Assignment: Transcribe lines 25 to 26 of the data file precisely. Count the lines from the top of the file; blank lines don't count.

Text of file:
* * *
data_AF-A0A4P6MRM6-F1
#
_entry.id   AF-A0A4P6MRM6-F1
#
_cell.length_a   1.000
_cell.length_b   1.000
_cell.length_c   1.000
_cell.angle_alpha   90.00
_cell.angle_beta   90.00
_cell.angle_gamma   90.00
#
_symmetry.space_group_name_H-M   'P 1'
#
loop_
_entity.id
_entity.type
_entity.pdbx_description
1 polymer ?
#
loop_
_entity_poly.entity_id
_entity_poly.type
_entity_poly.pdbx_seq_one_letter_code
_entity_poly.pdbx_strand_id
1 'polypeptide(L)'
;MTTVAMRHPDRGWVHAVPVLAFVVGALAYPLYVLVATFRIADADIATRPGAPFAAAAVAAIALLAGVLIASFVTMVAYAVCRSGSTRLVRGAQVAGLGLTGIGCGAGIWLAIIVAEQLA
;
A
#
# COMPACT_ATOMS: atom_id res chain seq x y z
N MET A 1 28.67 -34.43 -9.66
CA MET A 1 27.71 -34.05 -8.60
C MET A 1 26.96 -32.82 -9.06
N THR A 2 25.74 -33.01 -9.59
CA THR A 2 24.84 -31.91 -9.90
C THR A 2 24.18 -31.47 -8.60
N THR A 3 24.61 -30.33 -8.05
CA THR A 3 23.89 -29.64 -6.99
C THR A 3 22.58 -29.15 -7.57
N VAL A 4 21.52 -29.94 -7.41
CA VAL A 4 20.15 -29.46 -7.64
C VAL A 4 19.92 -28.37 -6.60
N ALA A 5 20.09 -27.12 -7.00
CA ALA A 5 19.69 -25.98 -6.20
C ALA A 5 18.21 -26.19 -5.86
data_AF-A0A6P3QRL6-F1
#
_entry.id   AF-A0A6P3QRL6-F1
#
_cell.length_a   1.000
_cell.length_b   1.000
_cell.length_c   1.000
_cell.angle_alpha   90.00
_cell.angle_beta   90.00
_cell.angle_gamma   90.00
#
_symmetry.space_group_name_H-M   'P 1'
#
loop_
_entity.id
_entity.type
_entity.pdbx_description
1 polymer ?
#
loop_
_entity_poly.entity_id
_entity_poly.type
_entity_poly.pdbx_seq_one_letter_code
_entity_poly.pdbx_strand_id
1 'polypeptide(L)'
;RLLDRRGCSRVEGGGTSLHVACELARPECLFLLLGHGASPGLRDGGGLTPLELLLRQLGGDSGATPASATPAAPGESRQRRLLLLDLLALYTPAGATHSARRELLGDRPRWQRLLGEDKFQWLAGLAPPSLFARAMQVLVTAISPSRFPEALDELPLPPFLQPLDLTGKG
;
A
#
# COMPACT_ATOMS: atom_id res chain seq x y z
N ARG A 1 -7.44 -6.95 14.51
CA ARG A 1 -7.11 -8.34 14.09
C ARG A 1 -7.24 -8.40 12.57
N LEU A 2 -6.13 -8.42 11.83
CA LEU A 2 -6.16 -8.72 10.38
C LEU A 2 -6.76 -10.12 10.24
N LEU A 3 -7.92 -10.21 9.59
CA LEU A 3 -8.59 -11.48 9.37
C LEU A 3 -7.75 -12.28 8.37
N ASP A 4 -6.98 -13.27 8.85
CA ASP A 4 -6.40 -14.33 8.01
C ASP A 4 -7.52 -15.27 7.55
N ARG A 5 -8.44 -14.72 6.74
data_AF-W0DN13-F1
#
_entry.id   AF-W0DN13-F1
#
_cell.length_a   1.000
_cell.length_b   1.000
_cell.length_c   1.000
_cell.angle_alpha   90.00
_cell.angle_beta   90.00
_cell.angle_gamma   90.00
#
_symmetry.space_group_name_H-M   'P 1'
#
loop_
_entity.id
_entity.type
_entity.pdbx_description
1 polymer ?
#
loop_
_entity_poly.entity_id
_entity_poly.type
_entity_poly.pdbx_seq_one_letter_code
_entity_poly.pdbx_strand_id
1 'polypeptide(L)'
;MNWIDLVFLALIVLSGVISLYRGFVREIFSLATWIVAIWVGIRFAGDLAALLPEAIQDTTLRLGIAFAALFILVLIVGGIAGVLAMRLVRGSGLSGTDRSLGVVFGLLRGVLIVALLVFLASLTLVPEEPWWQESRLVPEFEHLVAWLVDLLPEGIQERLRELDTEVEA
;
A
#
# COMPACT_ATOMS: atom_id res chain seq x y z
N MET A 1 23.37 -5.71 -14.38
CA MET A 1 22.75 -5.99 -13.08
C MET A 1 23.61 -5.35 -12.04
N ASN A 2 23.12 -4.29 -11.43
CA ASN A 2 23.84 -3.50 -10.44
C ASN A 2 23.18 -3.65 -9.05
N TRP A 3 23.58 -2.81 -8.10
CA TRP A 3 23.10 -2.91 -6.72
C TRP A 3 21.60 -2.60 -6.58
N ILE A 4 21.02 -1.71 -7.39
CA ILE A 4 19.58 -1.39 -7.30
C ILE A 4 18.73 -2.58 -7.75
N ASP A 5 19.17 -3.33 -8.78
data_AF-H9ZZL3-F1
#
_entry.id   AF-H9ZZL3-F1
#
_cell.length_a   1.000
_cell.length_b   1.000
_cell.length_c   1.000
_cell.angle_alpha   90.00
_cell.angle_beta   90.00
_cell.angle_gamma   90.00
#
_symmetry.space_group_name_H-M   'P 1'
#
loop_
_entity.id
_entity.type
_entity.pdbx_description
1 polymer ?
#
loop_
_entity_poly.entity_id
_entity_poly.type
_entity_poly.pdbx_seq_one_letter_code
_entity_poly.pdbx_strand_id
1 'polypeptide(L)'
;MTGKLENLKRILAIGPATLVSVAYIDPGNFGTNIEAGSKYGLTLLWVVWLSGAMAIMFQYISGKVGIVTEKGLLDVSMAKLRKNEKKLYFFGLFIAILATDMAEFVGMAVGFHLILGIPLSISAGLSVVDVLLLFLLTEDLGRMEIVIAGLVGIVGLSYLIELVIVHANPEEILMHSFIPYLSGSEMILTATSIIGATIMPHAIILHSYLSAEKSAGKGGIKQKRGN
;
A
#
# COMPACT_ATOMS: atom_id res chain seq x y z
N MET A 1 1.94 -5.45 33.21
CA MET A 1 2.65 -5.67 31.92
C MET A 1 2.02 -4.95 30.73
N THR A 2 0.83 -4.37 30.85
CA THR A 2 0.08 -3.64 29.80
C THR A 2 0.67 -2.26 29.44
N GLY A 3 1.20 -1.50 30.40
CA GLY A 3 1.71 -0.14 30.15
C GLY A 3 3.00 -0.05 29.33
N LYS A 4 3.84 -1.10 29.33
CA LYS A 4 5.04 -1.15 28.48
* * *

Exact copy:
1 'polypeptide(L)'
;MTTVAMRHPDRGWVHAVPVLAFVVGALAYPLYVLVATFRIADADIATRPGAPFAAAAVAAIALLAGVLIASFVTMVAYAVCRSGSTRLVRGAQVAGLGLTGIGCGAGIWLAIIVAEQLA